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Do you have the correct sums insured?

Many New Zealand homes are under-insured, which could lead to major issues in the event a rebuild is required. But checking whether your home is sufficiently insured is easier than you think.

New Zealand, like many countries, has experienced a sharp rise in inflation recently. As inflation continues to rise, your insurer will increase your sums insured each time your policy renews, linked to the Consumer Price Index (CPI) and associated indices over the preceding year.

With inflation high, your insurer’s adjustment to your sums insured at renewal this year will likely be much higher than in recent years. And as your sum insured rises, your insurance premiums will rise too.

Prices are also rising in the building sector. A combination of inflation, demand for builders, and a scarcity of materials has seen the average cost of building a standard three-bedroom house rise significantly – up 21% in the past year alone, according to QV CostBuilder.

This means that many homes are under-insured, which may lead to problems if you need to rebuild.

 

builder working on site

Is your home adequately covered?

Crombie Lockwood Personal Lines Broker, Anna Bourchier, says the risk of being underinsured is a significant threat to your home, exacerbated by a number of factors in what is a unique time. “With building shortages, it's getting harder to gauge the rebuild cost because materials are constantly either unavailable or at a higher cost,” she says.

Meanwhile, Metu Egelani, Crombie Lockwood Regional Group Broking Manager, adds that the cost per square metre of insuring a standard home to be rebuilt has risen significantly.

“Last year, the CPI adjustment on homes was around 3.5%; this year it’s 7%,” he says. “A few years ago, insuring your home with a rebuild value of about $3,000 per square metre may have been sufficient. Nowadays, even $4,000 or $5,000 per square metre might be light. This is why we stress the need for a valuation.”

Finding fit-for-purpose cover

There are a number of ways you can check if your level of cover is fit-for-purpose, including the Cordell Calculator, or obtaining a professional valuation.

The Cordell Calculator helps estimate rebuild costs for your home. It provides a more reliable assessment of your likely costs than an insurer’s CPI adjustments, as it uses information you provide on your home’s construction, features, and terrain.

“The price you’ve purchased your home for is not what you should insure it for,” continues Anna. “A lot of the value in a home is in the land, but you need to make sure you have enough cover to rebuild your home in the current market if you do need to claim.

“The Cordell Calculator helps with this; it’s a free and independent online tool that is available to the public. You supply your current home address and a lot of information is already pre-populated, and there are options to tweak the information.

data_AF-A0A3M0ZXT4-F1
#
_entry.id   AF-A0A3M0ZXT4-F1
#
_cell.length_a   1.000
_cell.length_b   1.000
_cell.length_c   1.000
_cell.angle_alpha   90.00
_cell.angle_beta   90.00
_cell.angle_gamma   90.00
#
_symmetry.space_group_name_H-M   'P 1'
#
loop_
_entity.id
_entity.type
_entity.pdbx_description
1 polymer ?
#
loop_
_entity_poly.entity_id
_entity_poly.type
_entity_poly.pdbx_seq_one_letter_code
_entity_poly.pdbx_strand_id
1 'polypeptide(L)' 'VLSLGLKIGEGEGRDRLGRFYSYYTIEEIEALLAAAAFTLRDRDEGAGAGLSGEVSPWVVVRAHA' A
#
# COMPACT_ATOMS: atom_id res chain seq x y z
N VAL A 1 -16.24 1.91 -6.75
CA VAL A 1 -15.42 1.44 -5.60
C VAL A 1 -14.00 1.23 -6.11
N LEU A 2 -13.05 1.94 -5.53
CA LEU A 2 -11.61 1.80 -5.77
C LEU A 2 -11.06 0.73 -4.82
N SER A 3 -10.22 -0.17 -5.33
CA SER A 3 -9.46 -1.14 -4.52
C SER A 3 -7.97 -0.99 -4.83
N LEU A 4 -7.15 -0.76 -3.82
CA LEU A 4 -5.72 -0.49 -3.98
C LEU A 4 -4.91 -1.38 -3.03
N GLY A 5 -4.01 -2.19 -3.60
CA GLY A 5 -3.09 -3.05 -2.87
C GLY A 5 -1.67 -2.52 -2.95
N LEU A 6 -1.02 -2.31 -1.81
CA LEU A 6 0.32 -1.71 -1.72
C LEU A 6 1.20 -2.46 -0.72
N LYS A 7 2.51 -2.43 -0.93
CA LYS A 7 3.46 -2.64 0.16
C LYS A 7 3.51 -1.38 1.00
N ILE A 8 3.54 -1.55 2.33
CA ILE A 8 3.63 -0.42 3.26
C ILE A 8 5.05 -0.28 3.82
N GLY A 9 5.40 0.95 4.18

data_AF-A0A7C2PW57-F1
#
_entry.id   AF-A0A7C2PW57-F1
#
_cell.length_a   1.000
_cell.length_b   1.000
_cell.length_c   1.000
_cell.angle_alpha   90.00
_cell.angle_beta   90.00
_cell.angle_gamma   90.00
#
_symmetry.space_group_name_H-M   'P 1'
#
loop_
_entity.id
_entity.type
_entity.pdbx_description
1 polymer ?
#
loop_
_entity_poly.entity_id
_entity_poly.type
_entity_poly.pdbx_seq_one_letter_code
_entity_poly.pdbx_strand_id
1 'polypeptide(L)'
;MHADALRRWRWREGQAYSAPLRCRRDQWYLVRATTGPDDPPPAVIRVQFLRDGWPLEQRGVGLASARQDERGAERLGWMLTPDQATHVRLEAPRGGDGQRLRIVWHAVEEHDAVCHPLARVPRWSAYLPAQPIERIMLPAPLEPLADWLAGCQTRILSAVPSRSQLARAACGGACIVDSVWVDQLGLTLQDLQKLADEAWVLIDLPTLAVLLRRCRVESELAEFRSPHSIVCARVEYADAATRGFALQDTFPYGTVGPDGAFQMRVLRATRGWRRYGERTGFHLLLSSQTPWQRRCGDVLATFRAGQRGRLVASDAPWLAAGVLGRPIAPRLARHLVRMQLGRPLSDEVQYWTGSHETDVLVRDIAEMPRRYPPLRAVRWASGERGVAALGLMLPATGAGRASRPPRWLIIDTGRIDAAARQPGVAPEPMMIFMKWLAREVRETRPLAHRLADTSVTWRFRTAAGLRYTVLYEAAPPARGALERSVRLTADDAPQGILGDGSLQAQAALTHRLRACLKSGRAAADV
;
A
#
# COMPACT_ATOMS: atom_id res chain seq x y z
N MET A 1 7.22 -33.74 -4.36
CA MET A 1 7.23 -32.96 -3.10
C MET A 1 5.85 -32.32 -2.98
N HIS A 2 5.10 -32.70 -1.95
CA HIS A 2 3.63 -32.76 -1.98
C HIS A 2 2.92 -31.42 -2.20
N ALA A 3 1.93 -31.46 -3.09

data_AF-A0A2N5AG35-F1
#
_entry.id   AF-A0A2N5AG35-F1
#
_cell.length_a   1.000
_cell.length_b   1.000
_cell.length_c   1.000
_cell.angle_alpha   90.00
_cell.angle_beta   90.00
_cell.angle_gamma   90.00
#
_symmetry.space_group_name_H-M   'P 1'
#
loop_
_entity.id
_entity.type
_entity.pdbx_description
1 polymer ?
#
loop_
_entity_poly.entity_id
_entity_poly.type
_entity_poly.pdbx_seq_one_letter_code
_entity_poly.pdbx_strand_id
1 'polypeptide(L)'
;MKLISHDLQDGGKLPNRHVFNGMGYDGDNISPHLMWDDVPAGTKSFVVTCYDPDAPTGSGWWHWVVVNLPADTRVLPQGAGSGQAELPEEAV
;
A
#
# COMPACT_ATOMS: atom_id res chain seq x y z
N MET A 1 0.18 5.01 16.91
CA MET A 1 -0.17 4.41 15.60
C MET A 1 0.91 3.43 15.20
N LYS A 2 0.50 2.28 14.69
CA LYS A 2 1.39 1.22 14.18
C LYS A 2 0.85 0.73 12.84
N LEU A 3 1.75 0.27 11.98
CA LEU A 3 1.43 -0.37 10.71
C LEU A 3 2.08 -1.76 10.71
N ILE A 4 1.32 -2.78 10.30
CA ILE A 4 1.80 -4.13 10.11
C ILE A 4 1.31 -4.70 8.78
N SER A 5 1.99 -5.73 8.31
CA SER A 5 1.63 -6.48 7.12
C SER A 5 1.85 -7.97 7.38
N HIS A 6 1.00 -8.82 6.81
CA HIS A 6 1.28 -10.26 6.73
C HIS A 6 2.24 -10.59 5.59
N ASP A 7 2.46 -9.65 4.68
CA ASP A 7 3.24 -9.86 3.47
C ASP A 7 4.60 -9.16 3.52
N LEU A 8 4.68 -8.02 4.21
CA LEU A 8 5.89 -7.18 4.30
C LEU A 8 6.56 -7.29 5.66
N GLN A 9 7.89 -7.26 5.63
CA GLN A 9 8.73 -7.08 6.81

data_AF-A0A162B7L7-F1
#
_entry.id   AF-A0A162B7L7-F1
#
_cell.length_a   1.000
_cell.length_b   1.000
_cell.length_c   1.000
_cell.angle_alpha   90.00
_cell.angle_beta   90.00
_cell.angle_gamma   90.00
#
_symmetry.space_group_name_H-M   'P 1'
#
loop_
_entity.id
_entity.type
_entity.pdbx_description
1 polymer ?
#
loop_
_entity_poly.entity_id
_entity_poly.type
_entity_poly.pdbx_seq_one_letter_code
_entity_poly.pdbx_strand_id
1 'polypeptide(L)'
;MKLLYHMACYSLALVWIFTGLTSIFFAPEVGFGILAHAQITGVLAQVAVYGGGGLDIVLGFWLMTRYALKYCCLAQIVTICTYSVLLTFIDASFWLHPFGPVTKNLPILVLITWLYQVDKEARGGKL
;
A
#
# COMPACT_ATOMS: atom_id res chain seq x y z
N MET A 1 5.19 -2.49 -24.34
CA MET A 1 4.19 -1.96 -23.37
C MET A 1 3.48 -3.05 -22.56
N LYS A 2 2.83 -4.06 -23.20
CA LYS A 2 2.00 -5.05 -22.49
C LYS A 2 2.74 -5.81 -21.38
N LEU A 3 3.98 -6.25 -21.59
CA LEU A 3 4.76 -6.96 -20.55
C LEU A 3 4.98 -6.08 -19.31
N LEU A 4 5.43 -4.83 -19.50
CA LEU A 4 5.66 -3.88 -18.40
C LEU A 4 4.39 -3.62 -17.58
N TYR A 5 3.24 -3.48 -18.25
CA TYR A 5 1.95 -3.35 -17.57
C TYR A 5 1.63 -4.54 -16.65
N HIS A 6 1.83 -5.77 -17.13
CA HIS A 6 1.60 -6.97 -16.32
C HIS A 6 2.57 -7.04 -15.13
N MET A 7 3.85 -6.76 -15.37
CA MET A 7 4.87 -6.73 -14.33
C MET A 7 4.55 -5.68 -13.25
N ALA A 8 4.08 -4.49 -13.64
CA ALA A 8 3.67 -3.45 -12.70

Metu adds: “The Cordell calculator is only as reliable as information the client inputs. If you are unsure, getting an insurance valuation done by a professional is always recommended.

Metu Egelani

"A few years ago, insuring your home with a rebuild value of about $3,000 per square metre may have been sufficient. Nowadays, even $4,000 or $5,000 per square metre might be light. This is why we stress the need for a valuation."

Metu Egelani, Regional Group Broking Manager

What do inflation adjustments mean for me?

 As costs rise across the board, many New Zealand households are under financial pressure, and are looking to reduce costs where possible.

When it comes time to renew your home insurance, you’ll be offered an increase in cover linked to inflation, which you can choose to accept or decline. While it may be tempting to decline the amended sum insured, this could mean you won’t have the level of cover you need to rebuild your home.

There are, however, other options to help keep your premiums at a manageable level, including selecting a higher ‘voluntary’ excess. By opting for a higher excess, you’ll contribute more in the event you need to make a claim, while reducing your premium. 

“Once you start removing areas of cover under your policy, or not adjusting your sum insured for inflation, you're left with a product that's not going to give you the cover you need,” says Anna.

Anna says homeowners can also pay insurance premiums in instalments with Crombie Lockwood’s regular payments plan allowing for smaller, regular payments instead of an annual fee. It helps to manage budgeting and cash flow, making sure your home is protected.

Contact your broker to discuss which options are right for you or to find out more about Crombie Lockwood’s regular payments plan.

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Published July 2022